This Title All WIREs
How to cite this WIREs title:
WIREs Clim Change
Impact Factor: 7.385

Up and down with climate politics 2013–2016: the repeal of carbon pricing in Australia

Full article on Wiley Online Library:   HTML PDF

Can't access this content? Tell your librarian.

The 2013 election of Australia's conservative Abbott Coalition (Liberal and National parties) government saw the repeal of carbon pricing, (which had previously been implemented by the Labor government in 2012), assume the first order of business. This Focus article reviews expert and political commentary and analysis of the repeal, and provides an overview of the Abbott government's dismantling and attempted dismantling of other climate initiatives. It reviews commentary and critiques of the government's substitute Direct Action (DA) policy and its capacity to reduce emissions. The views of the international community on the Abbott government's repositioning of Australia's climate policy are considered, as are the prospects of achieving effective emissions reduction policy under Abbott's successor, Prime Minister Malcolm Turnbull. The paper notes the role of the Senate in both assisting and frustrating government reforms, as well as aspects of policy continuity that could see a form of carbon pricing revived in future. It explores the correlation between the political ascension of Tony Abbott and his rejection of carbon pricing, whether his substitute DA mechanism will effectively reduce emissions, and the adequacy of Australia's current global climate policy aspirations. WIREs Clim Change 2017, 8:e458. doi: 10.1002/wcc.458 This article is categorized under: Policy and Governance > National Climate Change Policy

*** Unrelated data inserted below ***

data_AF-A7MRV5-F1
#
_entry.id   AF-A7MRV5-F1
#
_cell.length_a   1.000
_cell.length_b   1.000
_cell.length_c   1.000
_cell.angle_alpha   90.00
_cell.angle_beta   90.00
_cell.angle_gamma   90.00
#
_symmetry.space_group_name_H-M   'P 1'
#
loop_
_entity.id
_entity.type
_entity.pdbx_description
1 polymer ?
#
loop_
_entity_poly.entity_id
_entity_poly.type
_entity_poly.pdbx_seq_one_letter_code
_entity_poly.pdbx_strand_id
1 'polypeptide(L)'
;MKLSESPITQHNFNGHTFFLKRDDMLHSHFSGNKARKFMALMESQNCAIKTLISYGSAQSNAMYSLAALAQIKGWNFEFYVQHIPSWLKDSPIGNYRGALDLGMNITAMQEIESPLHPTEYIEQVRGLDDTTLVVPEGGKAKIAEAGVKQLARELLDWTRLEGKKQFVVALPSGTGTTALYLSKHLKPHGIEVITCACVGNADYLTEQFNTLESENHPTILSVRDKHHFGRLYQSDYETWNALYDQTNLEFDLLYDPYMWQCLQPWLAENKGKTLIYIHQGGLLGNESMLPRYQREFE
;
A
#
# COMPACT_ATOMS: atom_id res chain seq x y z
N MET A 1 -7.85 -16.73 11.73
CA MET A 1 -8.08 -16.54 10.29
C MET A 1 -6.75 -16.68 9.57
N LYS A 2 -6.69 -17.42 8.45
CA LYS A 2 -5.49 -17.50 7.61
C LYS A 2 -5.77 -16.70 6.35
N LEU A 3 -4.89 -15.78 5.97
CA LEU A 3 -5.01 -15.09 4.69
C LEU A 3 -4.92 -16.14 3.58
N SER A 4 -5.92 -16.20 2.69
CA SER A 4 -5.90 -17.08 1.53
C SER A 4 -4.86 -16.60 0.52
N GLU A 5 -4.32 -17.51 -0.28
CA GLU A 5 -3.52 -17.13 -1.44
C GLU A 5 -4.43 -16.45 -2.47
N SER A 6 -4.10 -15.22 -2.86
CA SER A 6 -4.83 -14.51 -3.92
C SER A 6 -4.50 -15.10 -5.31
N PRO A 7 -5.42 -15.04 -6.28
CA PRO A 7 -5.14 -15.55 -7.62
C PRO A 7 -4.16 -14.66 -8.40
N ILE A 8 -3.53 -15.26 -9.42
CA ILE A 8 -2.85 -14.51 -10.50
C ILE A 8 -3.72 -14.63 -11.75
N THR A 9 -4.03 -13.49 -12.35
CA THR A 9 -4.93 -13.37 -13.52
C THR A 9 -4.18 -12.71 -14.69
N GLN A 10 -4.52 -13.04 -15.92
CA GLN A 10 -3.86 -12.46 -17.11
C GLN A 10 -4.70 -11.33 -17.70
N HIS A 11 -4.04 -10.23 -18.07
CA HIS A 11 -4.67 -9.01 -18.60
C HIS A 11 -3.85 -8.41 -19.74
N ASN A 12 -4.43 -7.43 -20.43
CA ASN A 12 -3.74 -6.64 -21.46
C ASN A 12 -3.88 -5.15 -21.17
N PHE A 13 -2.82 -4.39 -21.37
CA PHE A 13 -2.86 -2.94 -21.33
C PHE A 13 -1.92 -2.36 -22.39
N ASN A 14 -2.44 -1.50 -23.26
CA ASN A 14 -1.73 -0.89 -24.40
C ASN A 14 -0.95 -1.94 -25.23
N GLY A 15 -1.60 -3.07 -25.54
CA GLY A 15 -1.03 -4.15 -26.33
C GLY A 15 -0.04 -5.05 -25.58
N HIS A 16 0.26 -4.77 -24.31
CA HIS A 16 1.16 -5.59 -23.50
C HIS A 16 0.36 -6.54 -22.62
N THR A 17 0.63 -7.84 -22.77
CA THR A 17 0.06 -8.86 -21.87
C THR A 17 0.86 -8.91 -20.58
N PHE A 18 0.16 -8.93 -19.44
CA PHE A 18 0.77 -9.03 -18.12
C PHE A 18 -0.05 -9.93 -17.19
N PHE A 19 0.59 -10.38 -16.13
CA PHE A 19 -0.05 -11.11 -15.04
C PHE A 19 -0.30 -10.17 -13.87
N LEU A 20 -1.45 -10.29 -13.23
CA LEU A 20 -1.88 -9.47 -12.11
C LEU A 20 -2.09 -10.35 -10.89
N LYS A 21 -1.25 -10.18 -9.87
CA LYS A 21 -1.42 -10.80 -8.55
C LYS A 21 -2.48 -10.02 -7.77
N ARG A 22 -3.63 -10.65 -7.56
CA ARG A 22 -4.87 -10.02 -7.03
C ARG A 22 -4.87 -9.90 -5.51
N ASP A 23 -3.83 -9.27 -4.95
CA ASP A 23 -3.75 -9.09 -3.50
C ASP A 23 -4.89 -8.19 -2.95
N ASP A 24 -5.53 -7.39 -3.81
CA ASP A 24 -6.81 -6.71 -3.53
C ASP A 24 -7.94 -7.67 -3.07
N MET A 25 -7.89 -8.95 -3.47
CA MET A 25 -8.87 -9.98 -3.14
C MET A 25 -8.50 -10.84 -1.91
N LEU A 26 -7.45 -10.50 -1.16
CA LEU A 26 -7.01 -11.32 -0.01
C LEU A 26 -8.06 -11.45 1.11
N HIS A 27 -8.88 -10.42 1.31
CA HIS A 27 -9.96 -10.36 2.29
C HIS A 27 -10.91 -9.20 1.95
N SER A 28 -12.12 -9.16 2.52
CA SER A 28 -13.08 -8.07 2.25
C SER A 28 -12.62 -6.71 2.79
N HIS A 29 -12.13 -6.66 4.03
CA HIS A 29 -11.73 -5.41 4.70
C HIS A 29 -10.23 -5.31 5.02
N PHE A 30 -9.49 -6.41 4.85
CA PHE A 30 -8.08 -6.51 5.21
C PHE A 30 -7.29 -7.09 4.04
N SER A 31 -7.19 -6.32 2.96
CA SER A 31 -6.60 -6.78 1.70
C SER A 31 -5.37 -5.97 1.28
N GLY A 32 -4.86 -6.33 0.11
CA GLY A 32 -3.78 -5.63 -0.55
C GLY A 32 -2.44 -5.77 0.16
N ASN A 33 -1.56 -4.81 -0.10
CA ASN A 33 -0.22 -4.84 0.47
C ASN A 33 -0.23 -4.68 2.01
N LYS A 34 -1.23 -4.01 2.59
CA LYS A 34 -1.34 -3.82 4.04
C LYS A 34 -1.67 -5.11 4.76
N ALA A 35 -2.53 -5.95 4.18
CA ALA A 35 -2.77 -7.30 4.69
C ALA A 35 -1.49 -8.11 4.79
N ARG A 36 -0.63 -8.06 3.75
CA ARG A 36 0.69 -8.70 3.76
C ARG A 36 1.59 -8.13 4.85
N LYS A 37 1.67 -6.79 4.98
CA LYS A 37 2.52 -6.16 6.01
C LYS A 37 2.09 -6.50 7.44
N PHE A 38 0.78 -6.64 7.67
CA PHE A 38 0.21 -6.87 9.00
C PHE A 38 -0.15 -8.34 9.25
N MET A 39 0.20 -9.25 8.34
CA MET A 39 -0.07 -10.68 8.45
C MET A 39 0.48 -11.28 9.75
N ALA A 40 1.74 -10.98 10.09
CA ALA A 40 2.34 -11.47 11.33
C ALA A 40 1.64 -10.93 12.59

Related Articles

Pricing carbon: the politics of climate policy in Australia
Climate change and Australia
The future of emissions trading
COP21 and the Paris Agreement

Browse by Topic

Policy and Governance > National Climate Change Policy

Access to this WIREs title is by subscription only.

Recommend to Your
Librarian Now!

The latest WIREs articles in your inbox

Sign Up for Article Alerts